Renault has turned a corner on its residual value performance after suffering a long-term decline since 2004, according to managing director Ken Ramirez.
In 2012, taken as a weighted average at three years/60,000 miles, Renault’s residuals were 27% across the model line-up. Last year that average had risen to 34%.
“Product is number one – Clio and Captur were the core models to pull the brand up,” Ramirez said. “But it’s also about our policies on how we manage our sales, not entering into channels that impact on residual values. We have a balanced approach and not over-extending is a key part of the strategy.
Renault’s rental registrations surged in 2014 by 58% to almost 7,900 units, although in the fourth quarter its year-on-year penetration reversed by 51%. Ramirez counters the view that rental is something to be feared because if the implications on residual values.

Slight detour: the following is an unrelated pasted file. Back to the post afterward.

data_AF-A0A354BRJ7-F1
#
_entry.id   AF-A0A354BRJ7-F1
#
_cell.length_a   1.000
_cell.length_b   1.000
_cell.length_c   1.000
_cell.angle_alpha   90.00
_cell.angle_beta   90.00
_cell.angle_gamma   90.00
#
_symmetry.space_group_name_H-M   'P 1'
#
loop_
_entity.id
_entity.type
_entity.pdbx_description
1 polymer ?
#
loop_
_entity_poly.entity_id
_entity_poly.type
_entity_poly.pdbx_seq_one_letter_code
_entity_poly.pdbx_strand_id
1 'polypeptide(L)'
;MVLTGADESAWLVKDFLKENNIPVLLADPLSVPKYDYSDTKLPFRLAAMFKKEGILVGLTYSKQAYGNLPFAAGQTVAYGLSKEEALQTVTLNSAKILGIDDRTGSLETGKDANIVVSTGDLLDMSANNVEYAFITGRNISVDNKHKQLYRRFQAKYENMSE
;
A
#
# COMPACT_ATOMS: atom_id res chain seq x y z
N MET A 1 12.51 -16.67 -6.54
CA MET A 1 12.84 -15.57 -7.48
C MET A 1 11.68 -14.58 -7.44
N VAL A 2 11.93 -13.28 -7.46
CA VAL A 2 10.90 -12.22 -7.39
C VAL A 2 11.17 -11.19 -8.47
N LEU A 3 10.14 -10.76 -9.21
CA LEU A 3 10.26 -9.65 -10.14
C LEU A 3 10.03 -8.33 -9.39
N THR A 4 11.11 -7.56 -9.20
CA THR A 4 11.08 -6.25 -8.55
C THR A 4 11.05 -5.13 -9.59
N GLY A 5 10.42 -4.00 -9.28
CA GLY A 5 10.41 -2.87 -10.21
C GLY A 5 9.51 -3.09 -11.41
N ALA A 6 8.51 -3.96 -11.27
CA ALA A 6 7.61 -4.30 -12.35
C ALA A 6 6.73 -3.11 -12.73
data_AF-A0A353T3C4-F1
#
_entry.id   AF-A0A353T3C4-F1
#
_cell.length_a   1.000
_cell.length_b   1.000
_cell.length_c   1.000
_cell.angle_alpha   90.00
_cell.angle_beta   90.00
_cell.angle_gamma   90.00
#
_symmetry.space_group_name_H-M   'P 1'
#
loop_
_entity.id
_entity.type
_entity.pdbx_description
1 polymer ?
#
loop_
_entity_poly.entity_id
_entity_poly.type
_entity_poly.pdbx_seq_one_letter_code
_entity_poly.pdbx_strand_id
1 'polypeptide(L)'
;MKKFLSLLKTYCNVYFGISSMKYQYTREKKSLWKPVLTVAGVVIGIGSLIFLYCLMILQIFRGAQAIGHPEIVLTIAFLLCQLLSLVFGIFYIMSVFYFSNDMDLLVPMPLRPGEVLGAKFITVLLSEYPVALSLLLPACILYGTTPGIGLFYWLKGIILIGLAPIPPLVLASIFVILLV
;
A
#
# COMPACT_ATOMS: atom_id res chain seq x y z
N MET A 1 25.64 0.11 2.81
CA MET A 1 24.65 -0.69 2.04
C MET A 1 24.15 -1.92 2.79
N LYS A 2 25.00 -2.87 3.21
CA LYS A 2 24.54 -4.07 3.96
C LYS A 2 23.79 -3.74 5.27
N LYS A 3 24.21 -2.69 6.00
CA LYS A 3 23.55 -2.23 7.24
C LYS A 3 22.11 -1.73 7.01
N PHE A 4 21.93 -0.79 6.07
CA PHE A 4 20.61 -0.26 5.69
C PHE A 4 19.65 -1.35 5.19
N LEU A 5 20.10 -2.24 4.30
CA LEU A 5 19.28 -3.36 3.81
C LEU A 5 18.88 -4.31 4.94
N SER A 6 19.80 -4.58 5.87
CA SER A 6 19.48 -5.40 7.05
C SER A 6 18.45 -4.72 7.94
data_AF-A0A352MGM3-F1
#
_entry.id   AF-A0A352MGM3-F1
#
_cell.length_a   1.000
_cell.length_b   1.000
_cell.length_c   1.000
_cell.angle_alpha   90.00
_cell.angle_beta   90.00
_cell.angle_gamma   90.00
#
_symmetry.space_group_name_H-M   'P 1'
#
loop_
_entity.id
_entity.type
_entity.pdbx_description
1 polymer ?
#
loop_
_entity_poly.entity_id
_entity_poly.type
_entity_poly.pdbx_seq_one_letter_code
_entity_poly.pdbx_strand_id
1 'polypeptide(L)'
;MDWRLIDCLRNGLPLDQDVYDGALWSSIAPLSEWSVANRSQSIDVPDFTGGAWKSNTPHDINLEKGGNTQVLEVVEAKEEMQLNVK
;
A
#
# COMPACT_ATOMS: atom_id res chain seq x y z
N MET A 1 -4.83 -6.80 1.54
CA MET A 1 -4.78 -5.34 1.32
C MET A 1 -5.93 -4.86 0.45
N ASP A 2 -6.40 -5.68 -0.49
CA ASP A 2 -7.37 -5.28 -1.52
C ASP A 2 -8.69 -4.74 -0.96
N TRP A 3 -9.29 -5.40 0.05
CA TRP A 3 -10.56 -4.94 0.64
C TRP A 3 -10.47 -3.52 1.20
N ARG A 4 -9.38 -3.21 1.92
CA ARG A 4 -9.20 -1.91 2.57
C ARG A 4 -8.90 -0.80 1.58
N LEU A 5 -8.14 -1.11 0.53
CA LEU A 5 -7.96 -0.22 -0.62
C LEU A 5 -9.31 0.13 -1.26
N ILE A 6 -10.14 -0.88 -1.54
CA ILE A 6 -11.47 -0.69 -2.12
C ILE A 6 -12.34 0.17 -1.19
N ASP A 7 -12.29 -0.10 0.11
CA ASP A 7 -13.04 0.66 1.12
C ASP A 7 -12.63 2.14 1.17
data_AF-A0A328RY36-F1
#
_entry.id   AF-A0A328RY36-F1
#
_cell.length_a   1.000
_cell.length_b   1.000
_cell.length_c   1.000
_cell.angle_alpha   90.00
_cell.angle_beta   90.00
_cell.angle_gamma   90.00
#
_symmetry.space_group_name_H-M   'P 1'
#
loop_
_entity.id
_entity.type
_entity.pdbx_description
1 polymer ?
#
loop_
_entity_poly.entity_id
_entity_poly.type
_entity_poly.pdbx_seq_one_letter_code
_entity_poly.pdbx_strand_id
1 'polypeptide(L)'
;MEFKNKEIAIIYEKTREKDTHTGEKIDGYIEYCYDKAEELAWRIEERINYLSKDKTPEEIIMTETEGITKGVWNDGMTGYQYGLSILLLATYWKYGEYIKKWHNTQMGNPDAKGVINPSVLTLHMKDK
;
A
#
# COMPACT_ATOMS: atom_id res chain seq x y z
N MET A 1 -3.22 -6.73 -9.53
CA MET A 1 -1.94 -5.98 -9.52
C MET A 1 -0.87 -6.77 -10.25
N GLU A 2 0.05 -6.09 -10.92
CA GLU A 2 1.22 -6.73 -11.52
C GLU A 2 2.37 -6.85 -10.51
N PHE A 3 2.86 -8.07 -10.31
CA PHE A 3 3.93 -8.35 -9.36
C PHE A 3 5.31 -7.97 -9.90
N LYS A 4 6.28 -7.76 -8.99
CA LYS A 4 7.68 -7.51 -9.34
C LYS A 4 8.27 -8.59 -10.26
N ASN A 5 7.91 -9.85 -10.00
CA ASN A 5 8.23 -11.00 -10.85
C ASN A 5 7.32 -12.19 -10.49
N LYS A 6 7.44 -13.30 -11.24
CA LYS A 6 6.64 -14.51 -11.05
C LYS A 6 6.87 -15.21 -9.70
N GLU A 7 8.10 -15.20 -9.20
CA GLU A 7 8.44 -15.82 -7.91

“There is a perception that rental is not good business – not so,” he said. “We have good partners that we work with – it’s a long-term view. They take care about de-fleeting so not to damage residual values.”
Rental plays a role in Renault’s new model launch plans by getting cars out on the road.
“When we launch new products we need visibility in the market – as long as it’s done correctly short-term rental gives us this,” Ramirez said. “We don’t have to do heavy discounting because our partners manage it well so the RV is good for them.”
However, he recognises that the right balance has to be struck between rental and other channels, adding: “As we grow in retail, we can grow in rental.”
In the past two years, Renault has outperformed the total market by four to one. Growth will continue in 2015 at “a significant level” although not as high as in 2014 and 2013.